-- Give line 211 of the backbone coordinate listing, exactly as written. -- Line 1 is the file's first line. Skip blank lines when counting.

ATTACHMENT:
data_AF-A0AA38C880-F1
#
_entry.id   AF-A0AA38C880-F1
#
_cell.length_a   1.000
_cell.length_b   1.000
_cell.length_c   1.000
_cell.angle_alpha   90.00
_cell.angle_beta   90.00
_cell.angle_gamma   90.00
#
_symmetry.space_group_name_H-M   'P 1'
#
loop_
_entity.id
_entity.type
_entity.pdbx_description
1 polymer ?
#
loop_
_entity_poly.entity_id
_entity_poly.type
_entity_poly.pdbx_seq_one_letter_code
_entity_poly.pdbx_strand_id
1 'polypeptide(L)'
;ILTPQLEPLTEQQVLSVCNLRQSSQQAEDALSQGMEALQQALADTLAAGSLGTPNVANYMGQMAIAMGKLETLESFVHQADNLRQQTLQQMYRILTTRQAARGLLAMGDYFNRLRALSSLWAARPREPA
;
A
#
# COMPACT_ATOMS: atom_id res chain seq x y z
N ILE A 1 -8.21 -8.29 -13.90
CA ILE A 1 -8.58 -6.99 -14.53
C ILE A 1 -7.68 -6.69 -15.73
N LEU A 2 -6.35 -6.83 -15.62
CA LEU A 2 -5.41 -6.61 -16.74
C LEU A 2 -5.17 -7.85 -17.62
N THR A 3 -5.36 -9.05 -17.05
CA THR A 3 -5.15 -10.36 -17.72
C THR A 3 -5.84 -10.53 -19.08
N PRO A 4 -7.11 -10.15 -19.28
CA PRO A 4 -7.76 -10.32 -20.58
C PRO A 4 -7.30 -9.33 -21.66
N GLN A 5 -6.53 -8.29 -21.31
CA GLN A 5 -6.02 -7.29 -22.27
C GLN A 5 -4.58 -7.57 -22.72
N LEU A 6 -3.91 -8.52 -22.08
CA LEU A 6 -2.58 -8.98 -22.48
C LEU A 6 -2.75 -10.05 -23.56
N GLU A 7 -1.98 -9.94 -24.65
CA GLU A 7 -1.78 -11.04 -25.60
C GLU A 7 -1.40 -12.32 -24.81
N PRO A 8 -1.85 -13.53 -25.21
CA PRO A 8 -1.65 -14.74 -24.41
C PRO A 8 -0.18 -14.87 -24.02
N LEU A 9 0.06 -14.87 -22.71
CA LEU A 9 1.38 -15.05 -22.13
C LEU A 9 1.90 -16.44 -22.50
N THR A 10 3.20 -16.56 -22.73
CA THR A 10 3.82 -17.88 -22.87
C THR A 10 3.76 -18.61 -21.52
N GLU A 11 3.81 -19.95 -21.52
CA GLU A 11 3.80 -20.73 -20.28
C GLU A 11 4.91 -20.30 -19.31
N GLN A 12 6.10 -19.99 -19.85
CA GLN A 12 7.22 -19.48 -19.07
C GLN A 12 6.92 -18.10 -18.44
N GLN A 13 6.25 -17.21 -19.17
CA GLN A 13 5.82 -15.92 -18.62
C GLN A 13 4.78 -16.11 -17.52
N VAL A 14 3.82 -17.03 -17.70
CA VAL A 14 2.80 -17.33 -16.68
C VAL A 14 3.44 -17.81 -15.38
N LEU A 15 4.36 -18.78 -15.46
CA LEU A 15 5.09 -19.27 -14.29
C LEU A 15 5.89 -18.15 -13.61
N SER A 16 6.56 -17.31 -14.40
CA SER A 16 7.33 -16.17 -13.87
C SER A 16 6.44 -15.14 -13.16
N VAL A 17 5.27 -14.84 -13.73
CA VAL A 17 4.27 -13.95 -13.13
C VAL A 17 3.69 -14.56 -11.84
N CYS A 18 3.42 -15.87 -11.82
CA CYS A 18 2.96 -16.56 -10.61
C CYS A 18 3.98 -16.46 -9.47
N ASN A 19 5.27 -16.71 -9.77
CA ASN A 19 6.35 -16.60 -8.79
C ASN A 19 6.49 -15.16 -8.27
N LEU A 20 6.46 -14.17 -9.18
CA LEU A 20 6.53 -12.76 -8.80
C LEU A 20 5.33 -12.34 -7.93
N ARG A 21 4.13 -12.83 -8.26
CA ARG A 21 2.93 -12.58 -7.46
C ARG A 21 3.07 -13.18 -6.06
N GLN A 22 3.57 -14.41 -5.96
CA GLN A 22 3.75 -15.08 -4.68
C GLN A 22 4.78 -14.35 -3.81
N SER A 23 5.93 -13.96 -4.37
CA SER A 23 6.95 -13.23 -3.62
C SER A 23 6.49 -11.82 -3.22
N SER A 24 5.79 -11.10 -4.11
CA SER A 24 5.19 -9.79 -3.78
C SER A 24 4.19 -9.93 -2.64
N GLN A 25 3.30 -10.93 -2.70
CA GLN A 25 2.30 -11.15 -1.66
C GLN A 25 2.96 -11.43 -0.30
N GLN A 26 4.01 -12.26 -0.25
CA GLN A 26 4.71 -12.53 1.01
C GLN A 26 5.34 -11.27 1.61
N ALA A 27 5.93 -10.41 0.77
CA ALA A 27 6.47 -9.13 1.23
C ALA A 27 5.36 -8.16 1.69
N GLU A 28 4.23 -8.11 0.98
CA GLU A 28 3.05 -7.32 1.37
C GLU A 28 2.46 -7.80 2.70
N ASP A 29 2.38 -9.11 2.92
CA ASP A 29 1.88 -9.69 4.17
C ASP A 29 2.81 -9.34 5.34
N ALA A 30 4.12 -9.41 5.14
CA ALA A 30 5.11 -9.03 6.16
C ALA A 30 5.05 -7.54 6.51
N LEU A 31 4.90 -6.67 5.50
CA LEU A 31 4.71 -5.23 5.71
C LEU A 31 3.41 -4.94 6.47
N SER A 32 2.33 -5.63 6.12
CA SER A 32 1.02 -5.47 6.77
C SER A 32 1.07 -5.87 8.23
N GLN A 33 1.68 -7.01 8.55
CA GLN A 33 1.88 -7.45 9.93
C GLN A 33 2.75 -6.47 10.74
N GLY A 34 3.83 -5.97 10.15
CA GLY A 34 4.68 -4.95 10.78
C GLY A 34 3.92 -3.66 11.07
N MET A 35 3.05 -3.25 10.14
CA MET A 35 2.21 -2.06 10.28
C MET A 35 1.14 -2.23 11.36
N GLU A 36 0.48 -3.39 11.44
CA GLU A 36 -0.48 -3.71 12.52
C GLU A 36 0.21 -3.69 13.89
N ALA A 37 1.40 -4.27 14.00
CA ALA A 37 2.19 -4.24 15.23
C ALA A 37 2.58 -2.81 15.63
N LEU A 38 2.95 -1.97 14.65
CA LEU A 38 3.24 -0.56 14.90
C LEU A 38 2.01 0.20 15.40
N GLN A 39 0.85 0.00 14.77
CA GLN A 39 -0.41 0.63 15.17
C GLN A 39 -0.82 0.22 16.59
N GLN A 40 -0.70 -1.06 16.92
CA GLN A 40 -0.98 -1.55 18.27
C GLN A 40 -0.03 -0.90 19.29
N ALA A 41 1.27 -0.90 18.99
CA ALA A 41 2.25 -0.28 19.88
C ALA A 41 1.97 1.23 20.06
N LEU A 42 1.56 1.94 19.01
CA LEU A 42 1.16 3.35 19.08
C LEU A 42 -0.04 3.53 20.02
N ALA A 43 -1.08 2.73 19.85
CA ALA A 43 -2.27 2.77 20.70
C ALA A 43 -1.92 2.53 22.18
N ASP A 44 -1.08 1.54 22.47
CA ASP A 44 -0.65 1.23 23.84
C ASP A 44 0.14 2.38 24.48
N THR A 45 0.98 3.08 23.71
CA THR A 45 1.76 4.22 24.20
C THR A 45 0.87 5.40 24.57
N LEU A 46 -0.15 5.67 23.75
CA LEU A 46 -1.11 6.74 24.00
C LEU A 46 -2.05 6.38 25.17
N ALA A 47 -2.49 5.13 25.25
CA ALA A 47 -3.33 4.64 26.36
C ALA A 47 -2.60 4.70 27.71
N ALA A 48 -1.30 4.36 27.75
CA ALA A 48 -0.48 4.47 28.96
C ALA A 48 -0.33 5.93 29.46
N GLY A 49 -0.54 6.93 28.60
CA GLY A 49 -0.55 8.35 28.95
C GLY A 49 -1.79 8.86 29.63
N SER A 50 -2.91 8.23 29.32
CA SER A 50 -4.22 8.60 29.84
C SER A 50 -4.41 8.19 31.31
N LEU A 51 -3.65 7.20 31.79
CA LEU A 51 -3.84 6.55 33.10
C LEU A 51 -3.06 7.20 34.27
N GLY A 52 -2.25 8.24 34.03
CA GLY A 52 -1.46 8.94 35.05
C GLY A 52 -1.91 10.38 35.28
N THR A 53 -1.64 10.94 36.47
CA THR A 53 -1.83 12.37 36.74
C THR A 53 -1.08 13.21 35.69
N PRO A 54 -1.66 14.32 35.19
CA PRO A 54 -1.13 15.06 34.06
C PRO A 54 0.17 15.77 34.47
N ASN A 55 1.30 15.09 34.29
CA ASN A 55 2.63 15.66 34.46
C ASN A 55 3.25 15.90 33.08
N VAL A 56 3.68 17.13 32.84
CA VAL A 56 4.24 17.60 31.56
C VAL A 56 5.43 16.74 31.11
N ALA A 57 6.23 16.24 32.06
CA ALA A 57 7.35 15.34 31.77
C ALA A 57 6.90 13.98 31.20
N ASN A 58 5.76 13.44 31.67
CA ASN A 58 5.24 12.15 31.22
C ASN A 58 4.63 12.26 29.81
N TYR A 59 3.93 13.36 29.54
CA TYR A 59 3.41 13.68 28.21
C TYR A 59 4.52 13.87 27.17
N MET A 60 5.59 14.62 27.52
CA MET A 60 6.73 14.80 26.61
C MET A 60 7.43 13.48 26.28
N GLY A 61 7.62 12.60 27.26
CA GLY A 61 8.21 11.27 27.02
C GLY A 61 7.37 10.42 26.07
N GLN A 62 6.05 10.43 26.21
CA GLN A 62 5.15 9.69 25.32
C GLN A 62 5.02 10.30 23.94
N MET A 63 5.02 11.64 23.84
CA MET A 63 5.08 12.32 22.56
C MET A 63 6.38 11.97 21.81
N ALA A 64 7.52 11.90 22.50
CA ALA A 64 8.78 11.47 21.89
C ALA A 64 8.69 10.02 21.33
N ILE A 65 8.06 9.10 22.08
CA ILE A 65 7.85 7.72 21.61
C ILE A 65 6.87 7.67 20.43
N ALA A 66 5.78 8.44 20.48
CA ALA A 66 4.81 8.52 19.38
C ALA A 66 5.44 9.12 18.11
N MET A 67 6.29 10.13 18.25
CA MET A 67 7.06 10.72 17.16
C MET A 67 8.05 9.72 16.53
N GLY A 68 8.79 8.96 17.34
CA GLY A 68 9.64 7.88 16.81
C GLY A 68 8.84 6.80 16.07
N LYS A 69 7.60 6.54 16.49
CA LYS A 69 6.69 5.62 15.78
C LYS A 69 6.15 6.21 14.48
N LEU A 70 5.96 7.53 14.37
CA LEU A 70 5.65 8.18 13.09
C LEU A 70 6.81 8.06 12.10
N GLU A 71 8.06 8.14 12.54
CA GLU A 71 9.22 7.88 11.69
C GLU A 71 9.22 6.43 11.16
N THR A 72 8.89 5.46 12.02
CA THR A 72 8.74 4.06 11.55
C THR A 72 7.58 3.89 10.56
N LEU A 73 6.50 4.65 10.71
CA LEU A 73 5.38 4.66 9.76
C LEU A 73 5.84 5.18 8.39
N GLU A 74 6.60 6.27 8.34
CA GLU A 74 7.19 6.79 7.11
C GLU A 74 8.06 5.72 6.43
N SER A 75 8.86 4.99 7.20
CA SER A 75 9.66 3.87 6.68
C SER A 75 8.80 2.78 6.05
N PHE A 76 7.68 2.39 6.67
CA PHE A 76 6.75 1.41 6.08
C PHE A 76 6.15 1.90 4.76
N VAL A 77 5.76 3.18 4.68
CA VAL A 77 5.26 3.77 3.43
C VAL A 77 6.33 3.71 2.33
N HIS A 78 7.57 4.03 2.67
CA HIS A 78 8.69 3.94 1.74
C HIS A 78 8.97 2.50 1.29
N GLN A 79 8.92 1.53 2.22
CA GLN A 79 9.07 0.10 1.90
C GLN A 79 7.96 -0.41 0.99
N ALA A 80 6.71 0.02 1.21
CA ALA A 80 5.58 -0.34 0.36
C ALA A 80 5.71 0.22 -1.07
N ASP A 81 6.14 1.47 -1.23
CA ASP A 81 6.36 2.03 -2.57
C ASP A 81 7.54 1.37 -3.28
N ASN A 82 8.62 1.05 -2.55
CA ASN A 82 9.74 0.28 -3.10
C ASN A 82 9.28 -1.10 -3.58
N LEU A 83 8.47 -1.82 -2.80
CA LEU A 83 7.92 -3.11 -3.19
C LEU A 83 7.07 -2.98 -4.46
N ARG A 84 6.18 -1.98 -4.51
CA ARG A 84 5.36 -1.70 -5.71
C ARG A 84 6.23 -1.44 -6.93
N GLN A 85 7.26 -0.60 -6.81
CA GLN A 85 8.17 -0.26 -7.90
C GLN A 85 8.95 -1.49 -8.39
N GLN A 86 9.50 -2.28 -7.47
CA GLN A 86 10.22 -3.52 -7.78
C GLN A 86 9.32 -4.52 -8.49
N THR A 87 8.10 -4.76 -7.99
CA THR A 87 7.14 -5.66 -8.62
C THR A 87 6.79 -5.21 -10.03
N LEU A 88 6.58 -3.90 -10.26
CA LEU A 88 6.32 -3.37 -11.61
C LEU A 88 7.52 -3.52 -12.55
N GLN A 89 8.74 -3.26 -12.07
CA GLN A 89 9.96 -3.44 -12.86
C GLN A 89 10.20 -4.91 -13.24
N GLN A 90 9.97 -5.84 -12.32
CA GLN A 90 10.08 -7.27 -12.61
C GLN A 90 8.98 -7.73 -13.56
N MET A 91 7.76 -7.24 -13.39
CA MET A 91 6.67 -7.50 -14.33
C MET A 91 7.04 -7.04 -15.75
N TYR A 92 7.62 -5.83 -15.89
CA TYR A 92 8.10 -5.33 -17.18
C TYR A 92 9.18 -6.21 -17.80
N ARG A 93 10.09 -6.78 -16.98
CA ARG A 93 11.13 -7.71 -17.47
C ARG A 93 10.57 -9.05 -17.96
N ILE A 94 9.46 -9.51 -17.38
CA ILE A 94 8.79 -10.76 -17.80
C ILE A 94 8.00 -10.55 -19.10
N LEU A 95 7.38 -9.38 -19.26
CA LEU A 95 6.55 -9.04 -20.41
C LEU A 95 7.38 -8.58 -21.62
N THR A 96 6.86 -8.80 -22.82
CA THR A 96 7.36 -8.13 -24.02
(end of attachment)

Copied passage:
N GLY A 61 7.62 12.60 27.26